Posted by in Features.

Hi, welcome to the Nuacht Chláir’s new gardening section. Join me each issue for an indepth plant profile, some plants old and some plants new. No matter how long these plants have been in existence, all are sure to enhance your garden during the following months. Each issue I will also provide you with diary of tasks for the upcoming weeks in the garden. So, let’s begin with this issues VIP (very important plants).

Helleborus Orientalis

This perennial may be known as Helleborus hybridus, although the more common name is the Lenten rose. Like many common plant names, this can be deceiving as the plant is no relation to the rose. In fact, it is a closer relative of the common buttercup. Upon close inspection of the plant in bloom, the similarities to the buttercup flower are apparent.

The Lenten rose which is a form of hellebore originated in Greece and Turkey, but can be seen in gardens throughout Ireland due to its great addition of late winter colour. This colour, namely the large down-turned bowl shaped flowers are held above sparse leathery foliage. “Like a scolded schoolboys head hung in shame”, this is how these down-turned pinky-purple flowers were once described to me by a tutor. Blooming length is impressive, expect colour from February right through until the end of April (this may explain the name Lenten rose).

The planting location for Helleborus orientalis should be semi-shaded and sheltered from cold winter winds. A growing soil moist, rich and alkaline is required to produce exceptionally vibrant flowers. Water the plant well during dry periods as moist conditions are important to this useful perennial. Ensure a position is selected to allow the plant to grow to a height of 0.6 metres (2ft); with a similar spread.

I would suggest spreading a layer of well-rotted compost around this hellebore after it has finished flowering, the compost will help feed the plant whilst retaining moisture. If you have an overgrown hellebore specimen or simply wish to create more plants of the same by division, then you are free to do so directly after flowering is finished.

Good points

Great for planting beneath deciduous shrubs, Helleborus orientalis will provide winter leaf and flower colour. A tough and low maintenance perennial, No staking or complicated pruning required. A pretty cut flower, blooms will last up to ten days in water. Rabbit and hare proof, these vermin find the Lenten rose unpalatable.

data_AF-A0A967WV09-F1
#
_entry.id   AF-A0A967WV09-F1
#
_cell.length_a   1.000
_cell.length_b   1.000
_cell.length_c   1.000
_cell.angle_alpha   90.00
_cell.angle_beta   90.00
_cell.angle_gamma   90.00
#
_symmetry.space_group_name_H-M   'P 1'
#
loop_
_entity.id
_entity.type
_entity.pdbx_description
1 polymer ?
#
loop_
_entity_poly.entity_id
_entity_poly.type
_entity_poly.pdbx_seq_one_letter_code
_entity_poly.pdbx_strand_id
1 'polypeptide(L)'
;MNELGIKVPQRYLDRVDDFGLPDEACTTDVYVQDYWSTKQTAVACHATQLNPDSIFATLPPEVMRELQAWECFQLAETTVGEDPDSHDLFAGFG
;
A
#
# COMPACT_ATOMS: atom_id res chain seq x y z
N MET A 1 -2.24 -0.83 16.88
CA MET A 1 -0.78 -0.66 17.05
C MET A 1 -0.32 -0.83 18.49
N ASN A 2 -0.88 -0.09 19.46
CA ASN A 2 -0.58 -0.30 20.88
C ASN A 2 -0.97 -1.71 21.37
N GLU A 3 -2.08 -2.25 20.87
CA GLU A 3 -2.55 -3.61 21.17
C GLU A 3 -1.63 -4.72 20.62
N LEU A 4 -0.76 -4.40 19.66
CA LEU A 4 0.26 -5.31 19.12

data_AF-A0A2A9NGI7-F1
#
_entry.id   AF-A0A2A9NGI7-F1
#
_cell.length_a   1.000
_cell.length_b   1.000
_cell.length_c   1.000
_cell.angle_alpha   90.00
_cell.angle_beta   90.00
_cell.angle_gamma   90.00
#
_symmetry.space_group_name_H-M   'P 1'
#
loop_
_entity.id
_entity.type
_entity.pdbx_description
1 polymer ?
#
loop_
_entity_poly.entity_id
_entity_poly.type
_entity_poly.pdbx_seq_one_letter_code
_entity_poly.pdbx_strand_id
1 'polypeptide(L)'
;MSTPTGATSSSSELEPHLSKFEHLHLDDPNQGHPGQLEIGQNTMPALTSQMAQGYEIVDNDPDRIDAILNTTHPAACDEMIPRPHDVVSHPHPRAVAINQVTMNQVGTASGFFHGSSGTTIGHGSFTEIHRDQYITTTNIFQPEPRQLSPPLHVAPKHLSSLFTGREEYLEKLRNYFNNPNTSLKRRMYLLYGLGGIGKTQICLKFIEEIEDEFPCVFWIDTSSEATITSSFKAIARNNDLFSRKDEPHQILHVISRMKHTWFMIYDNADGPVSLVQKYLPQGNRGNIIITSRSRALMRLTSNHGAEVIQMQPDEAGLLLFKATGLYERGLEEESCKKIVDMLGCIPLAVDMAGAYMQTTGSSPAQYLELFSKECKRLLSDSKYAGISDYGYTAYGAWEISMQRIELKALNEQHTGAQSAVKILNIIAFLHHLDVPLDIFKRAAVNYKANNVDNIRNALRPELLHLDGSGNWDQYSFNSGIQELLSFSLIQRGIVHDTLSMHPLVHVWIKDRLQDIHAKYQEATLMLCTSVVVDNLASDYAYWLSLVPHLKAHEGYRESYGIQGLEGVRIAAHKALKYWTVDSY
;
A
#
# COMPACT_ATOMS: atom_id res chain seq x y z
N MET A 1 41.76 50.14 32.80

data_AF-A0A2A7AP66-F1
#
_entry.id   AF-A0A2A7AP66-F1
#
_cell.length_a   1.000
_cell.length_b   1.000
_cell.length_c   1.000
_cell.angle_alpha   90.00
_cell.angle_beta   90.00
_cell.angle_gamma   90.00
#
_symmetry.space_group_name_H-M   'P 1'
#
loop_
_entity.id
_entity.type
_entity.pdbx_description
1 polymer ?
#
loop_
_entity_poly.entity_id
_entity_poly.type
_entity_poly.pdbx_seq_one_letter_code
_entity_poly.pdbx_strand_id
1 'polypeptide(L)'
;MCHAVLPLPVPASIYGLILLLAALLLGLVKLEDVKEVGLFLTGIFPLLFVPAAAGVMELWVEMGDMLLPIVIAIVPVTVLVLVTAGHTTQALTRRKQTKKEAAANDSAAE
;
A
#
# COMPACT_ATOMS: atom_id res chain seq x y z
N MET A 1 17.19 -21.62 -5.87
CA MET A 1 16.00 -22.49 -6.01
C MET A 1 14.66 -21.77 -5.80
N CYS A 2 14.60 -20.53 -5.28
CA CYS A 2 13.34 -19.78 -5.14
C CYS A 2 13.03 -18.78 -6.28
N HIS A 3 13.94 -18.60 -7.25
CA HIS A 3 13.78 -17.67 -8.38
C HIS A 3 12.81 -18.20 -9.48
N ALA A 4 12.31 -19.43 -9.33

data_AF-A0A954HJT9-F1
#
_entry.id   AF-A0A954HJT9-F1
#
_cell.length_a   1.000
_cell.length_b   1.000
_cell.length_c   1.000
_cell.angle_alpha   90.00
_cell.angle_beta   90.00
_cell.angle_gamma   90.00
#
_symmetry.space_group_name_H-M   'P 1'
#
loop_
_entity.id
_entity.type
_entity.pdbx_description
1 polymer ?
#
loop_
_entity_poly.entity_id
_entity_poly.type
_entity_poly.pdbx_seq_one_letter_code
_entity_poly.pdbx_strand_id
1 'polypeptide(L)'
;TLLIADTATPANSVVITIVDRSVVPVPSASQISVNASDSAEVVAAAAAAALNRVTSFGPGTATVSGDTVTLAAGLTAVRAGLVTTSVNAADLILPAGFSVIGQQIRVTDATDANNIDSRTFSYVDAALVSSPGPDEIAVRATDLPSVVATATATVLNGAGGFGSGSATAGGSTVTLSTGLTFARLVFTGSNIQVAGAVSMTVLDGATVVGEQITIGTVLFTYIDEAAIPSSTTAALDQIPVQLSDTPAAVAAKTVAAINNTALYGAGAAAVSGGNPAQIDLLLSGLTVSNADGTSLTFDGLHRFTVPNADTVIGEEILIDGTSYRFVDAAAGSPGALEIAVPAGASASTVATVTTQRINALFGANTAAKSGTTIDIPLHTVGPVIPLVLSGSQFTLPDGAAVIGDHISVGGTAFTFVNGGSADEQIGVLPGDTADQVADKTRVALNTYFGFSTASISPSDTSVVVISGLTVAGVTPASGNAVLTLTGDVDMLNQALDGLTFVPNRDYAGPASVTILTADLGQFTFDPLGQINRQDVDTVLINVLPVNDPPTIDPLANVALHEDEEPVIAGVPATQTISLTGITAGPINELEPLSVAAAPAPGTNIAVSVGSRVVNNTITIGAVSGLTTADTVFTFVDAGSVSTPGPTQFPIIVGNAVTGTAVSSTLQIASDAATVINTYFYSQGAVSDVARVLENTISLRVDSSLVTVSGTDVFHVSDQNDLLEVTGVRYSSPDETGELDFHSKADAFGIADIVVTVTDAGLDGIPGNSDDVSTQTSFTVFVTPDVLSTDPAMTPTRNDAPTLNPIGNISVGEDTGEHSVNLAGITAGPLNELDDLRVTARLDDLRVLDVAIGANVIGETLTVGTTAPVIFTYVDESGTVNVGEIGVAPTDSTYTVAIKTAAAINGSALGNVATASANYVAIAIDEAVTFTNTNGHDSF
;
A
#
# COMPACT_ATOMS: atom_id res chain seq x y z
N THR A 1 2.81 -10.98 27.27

Poor points

Like most Hellebores, Helleborus orientalis contains saponin, which is a poisonous irritant. This more than likely is the reason why vermin find the Lenten rose unpalatable. Let me take this opportunity to advise care where children and hellebores are concerned as eating any part of the plant will result in an adverse reaction.

Main pests and diseases

  • Downey mildew, due to the moist growing conditions.
  • Hellebore leaf blotch, although Helleborus orientalis is one of the more resistant varieties to this disease.
  • Aphids, this pest is common to many perennials.
  • Slugs, if you are a perennial with soft growth, then these pests will pay you an occasional visit.

Garden tasks for February

  • Continue planting bare-root trees, hedging and shrubs. Do not plant if the soil is wet or sticky.
  • Sow bedding plant and vegetable seeds in a greenhouse or on an indoor windowsill.
  • Prune floribunda and hybrid-tea roses.
  • Protect soft leaved plant especially perennials from slugs and snails. Apply slug pellets whilst new shoots are emerging.

So until next month, happy gardening and remember that a weed is just a plant in the wrong place.

James Kilkelly runs a garden and landscape design service just outside the village of Monivea. If you would like to view sample design drawings or simply pick up some design tips then visit his website or contact James by phone on 087 206 7846.